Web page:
Across the country, Americans like you and me; men and women; old and young; Democrat, Republican, Independents, and undecideds will stand in lines at churches, in firehouses, in school cafeterias, in community centers built for the public and the normally private garages of local volunteers.  All of the campaigning, the signs, the bumper stickers, the television ads, the newspaper headlines, the e-mails seeking donations, and the chatter with friends, family, and co-workers will be silenced as we step into a polling place and take our ballots.  Some of us will poke holes in paper, some will fill in bubbles like an elementary school quiz, and some will use high-tech touch screens.  What we all will do, however, is participate.  We will make a choice.

That doesn’t seem like it should be all that amazing, does it?  Making a choice?  Yet, it is.  It’s a privilege that Americans are able to claim as a right.  It’s something that many people around the world can’t imagine doing.  It’s a right and privilege that some people still alive today — gray-haired and stooped but very much alive — had to march against hatred and ignorance to gain access to.  Because of where we were born and where we live, we have the ability to make choices today that will have a significant impact on each of our lives.  That is not only a privilege and a right, but a special responsibilty that we have a duty to fulfill.

After all of the money and energy spent on the campaign for President of the United States, the seemingly endless campaigns reach the finish line today.  The candidates have dominated our lives for nearly two years in the most expensive and most visible Presidential campaign in American history.  Yet, this one ends exactly like the 56 Presidential campaigns that preceded it — with people like you and me making a choice.

Despite the divisive nature of politics, we go to the polls today because “politics” is not really a dirty word.  Instead, it’s the system we use to find solutions.  As fractured as our nation is, there is something unifying in the collective act of streaming into polling places across the continent and making the choice we believe is best for our country.  Tense disagreements and heightened emotions are calmed by the singular majesty of millions of individual Americans exercising their right, responsibility, and privilege of voting.  The loud arguments, the angry words, and the destructive vitriol hurled at political opponents in debates, on cable news networks, and on partisan internet sites is quieted by the dignified power of casting your ballot.

Our country has many problems and our political leaders can be difficult, disappointing, and seemingly defeatist, but that’s why there is such beauty in what we do today. 

Yes, there is something beautiful and inspiring about Election Day, and it is us.

On another Election Day — Super Tuesday, February 5, 2008, which seems like a lifetime ago — then-Senator Barack Obama told a crowd of supporters, “We are the ones we’ve been waiting for.  We are the change that we seek.”  Whether you support President Obama or Governor Romney, that is still the case.  There have been a lot of problems in the United States of America lately, and there will continue to be problems tomorrow.  But today is the day where we can start solving those problems.  The solution lies with us.  We have the power to change things and set things right because that amazing privilege/right/responsibility — the ability to make a choice — belongs to us.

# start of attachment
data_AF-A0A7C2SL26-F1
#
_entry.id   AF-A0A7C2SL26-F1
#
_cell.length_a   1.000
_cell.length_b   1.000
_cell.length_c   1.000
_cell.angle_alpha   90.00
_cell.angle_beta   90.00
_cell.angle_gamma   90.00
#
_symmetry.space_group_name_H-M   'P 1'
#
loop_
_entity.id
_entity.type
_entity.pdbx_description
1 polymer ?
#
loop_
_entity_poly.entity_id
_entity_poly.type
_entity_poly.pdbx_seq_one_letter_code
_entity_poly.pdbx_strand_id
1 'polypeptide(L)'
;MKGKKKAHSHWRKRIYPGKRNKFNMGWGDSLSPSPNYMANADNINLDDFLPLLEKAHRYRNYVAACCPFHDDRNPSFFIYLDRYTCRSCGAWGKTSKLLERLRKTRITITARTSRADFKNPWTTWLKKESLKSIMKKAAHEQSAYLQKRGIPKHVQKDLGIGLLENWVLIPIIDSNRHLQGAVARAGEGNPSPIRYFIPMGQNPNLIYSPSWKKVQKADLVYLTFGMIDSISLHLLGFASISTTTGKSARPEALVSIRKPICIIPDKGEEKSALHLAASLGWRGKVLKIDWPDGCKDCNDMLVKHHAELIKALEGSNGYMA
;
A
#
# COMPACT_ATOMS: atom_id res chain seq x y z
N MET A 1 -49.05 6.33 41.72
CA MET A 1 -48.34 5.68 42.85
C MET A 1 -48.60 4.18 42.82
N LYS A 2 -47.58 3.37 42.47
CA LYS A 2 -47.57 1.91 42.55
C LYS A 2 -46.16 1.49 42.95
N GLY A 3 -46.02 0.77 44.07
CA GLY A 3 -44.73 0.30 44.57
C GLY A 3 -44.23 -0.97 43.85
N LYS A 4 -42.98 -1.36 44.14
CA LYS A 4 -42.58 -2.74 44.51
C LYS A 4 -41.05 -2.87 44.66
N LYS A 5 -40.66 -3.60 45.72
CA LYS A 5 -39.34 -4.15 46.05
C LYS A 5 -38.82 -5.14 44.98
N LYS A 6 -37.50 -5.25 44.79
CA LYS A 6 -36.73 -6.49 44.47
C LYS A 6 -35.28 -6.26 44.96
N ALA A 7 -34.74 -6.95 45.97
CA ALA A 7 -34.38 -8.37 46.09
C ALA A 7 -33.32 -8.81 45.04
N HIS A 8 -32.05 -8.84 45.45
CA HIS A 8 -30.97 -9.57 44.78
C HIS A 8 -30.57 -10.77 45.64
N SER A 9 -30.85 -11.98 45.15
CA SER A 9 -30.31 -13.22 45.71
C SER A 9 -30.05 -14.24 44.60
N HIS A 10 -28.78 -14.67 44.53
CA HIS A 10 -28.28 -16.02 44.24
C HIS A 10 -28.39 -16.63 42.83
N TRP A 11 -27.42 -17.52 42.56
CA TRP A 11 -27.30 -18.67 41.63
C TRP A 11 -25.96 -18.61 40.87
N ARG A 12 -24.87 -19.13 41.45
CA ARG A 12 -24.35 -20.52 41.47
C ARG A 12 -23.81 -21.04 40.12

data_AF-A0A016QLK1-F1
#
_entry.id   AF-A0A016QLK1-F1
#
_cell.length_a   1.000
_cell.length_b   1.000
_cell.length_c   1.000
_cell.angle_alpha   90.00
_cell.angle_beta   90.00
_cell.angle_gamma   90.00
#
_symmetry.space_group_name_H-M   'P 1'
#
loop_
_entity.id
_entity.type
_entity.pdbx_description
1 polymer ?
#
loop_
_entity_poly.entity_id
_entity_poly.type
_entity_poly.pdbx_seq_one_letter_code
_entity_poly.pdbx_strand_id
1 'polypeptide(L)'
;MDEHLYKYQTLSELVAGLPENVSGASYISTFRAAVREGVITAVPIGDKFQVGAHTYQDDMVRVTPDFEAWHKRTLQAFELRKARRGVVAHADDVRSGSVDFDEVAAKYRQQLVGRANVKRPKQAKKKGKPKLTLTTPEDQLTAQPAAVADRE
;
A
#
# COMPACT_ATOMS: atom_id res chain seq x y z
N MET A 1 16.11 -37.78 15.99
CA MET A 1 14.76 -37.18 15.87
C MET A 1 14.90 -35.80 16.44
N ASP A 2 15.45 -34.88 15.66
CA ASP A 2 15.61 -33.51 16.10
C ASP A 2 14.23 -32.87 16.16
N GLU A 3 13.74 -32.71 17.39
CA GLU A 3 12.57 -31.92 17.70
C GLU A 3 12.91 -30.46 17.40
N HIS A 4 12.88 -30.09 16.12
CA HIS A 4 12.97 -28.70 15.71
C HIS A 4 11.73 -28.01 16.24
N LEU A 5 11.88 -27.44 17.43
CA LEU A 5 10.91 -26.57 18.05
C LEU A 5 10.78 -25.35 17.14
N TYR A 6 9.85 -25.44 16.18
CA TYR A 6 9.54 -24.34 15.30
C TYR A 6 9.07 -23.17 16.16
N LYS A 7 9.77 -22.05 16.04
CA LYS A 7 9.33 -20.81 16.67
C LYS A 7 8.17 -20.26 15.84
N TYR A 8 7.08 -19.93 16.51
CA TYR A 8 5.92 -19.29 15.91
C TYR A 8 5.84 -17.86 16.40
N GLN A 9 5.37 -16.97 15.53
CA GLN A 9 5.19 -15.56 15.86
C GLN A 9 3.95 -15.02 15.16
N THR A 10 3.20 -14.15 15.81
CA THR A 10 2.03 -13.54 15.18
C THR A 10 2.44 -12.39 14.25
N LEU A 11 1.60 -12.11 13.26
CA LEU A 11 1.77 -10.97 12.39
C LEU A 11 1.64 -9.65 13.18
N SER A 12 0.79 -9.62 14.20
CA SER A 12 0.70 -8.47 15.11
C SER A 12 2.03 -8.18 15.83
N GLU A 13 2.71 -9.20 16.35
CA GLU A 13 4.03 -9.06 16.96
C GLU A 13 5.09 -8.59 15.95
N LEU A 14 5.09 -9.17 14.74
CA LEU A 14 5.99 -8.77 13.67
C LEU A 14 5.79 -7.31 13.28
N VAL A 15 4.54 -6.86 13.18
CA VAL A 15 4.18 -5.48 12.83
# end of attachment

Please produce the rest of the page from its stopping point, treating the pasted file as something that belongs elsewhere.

For all of the ugliness we see and experience in this country, there is definitely beauty and bliss in the ballot.  We can continue to scream at one another and cast shadows over our nation’s future because of petty political differences, or we can make righteous choices that benefit the most Americans possible.  We can choose leaders who seek solutions rather than those who think our political system is based around a scoreboard and that they only win if the other side loses.  The American experiment is a not a competition between liberals and conservatives, so on this day where we continue our remarkable history of peacefully making important choices, let’s remember that our country doesn’t progress unless we all move forward together. 

Choices are marvelous things.  Whether you see your ability to make a choice as a privilege, a right, or a responsibility, remember that it is also a gift of power.  Use that power.  Make a choice, make a difference, go vote, and let’s move our nation forward.  Together.

Asker Anonymous Asks:
Since Kid Rock is Romney/Ryan's most notable celebrity supporter shouldn't they use Bawitdaba as their official campaign song? I really just want to hear that song start playing at a crowded convention and Romney and Ryan come out headbanging to it to the shock and awe of an entire nation.
deadpresidents deadpresidents Said:

If they were to use Kid Rock and wanted some real “shock and awe”, they should go old-school and use "Balls In Your Mouth" from the Polyfuze Method.  It would be the greatest thing to ever happen to America.